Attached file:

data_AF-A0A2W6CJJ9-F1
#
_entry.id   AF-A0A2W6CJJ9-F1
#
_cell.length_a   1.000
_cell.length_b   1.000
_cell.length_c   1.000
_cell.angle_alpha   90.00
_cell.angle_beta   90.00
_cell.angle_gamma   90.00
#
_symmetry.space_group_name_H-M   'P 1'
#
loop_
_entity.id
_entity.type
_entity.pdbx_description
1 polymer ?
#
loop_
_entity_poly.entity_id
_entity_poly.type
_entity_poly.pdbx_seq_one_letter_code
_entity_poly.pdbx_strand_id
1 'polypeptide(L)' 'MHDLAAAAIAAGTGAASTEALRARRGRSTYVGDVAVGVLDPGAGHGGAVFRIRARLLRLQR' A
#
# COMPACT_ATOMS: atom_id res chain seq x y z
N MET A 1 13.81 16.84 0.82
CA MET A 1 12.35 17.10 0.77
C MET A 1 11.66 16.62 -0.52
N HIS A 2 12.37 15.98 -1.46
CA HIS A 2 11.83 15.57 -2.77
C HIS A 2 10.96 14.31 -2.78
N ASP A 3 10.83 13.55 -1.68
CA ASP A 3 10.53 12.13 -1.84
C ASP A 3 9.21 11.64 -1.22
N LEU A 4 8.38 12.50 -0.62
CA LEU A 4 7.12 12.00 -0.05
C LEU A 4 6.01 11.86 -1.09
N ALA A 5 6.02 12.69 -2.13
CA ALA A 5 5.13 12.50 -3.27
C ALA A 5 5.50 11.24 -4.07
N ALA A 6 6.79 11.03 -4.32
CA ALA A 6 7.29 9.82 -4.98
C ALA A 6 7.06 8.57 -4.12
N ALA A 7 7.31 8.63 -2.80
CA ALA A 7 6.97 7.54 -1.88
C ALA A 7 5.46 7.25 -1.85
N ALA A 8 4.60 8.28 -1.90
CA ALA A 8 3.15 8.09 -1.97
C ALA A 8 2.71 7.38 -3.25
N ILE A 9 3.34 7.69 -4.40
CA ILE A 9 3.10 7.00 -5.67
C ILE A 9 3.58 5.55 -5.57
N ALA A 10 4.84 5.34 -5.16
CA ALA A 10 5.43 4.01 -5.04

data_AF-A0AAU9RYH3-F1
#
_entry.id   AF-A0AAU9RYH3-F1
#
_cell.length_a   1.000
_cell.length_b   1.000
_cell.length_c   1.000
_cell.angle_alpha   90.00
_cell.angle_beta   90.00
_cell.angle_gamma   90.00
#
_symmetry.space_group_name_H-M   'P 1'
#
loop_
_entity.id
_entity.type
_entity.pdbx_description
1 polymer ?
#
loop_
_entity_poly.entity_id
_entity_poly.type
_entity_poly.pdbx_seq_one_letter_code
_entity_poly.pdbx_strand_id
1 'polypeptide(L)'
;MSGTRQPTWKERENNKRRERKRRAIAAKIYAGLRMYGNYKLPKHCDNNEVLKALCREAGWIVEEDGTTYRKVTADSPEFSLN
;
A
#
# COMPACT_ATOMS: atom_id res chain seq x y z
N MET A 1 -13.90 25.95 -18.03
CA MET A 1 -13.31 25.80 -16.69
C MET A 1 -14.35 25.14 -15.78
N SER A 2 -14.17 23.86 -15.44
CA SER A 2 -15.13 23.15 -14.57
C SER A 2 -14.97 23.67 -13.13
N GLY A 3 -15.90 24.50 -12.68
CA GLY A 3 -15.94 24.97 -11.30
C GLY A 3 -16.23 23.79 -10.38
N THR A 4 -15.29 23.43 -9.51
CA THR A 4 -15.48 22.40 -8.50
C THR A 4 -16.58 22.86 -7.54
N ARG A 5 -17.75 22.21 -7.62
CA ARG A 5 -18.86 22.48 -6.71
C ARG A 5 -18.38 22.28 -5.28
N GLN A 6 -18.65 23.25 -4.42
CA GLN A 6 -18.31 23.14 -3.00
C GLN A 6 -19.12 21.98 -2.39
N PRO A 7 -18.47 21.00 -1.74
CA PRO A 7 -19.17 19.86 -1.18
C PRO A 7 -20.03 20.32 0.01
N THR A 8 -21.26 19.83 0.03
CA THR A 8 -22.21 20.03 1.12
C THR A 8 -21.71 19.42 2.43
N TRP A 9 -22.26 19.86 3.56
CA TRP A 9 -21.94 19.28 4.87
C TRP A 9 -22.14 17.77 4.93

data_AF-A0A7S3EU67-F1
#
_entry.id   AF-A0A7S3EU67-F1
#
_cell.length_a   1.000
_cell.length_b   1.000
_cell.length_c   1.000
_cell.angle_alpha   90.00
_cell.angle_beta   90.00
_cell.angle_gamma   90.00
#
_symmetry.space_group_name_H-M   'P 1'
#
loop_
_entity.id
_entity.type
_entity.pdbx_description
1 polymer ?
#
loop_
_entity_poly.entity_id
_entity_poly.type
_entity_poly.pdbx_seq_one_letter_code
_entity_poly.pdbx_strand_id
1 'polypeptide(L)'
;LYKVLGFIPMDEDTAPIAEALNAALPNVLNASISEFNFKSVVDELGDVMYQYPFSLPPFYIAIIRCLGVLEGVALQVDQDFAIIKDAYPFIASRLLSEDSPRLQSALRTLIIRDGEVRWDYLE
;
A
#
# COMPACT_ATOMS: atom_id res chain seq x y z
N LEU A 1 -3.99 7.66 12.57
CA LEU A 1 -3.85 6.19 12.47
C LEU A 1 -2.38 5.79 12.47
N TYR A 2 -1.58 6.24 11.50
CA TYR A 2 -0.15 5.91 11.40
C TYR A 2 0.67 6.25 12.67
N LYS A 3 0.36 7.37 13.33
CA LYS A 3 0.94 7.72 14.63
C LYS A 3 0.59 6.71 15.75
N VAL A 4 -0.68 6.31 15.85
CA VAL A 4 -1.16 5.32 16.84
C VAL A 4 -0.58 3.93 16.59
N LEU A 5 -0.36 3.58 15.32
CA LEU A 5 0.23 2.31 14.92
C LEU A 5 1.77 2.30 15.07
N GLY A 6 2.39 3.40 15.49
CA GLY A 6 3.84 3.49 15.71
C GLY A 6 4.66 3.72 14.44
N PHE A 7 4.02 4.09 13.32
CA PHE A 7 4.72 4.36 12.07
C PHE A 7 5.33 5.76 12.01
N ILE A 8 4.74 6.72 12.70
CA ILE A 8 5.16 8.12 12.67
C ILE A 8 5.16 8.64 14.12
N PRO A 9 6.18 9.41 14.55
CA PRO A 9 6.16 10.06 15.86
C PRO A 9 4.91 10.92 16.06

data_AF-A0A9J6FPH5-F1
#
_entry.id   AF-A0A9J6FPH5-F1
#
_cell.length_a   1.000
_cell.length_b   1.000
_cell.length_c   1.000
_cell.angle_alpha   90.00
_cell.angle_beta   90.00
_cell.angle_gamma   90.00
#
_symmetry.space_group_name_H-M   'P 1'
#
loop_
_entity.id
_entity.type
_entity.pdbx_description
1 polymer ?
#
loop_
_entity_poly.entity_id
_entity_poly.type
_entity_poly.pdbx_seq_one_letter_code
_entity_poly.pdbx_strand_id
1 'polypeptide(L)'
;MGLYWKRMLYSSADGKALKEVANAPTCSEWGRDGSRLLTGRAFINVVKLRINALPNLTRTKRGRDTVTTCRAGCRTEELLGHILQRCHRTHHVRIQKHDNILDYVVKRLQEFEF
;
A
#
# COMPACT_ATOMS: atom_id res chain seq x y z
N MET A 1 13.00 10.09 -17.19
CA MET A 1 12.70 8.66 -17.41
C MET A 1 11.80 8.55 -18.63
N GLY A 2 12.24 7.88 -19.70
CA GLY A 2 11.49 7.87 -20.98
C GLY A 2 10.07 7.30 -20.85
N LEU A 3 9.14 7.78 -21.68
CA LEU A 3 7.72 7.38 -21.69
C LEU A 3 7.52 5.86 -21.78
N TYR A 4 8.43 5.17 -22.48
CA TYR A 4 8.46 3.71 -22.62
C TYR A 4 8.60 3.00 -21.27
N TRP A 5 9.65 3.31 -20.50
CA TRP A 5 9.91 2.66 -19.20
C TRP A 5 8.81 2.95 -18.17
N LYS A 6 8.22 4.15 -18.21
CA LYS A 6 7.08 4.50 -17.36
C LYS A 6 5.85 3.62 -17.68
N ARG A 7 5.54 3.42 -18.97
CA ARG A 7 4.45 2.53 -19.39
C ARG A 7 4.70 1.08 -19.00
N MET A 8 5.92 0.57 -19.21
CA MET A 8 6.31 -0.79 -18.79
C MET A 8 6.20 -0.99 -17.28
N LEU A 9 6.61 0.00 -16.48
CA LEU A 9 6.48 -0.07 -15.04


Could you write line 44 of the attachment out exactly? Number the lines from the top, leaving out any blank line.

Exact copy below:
CA ALA A 6 7.29 9.82 -4.98